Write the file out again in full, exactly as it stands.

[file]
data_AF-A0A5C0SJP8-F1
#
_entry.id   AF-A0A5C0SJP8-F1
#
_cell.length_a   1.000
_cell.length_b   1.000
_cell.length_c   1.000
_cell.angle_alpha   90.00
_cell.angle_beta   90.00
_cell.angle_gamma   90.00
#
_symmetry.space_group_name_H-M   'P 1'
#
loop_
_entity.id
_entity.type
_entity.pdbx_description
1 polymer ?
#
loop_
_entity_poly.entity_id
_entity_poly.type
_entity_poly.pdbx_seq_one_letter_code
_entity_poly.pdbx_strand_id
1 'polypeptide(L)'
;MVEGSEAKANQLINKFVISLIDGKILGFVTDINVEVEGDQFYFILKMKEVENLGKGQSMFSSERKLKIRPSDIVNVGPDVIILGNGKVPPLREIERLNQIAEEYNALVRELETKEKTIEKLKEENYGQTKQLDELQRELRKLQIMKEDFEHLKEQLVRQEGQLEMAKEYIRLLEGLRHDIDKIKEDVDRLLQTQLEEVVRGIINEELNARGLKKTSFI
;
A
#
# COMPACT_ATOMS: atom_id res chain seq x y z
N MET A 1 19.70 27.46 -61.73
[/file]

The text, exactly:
data_AF-A0A5C0SJP8-F1
#
_entry.id   AF-A0A5C0SJP8-F1
#
_cell.length_a   1.000
_cell.length_b   1.000
_cell.length_c   1.000
_cell.angle_alpha   90.00
_cell.angle_beta   90.00
_cell.angle_gamma   90.00
#
_symmetry.space_group_name_H-M   'P 1'
#
loop_
_entity.id
_entity.type
_entity.pdbx_description
1 polymer ?
#
loop_
_entity_poly.entity_id
_entity_poly.type
_entity_poly.pdbx_seq_one_letter_code
_entity_poly.pdbx_strand_id
1 'polypeptide(L)'
;MVEGSEAKANQLINKFVISLIDGKILGFVTDINVEVEGDQFYFILKMKEVENLGKGQSMFSSERKLKIRPSDIVNVGPDVIILGNGKVPPLREIERLNQIAEEYNALVRELETKEKTIEKLKEENYGQTKQLDELQRELRKLQIMKEDFEHLKEQLVRQEGQLEMAKEYIRLLEGLRHDIDKIKEDVDRLLQTQLEEVVRGIINEELNARGLKKTSFI
;
A
#
# COMPACT_ATOMS: atom_id res chain seq x y z
N MET A 1 19.70 27.46 -61.73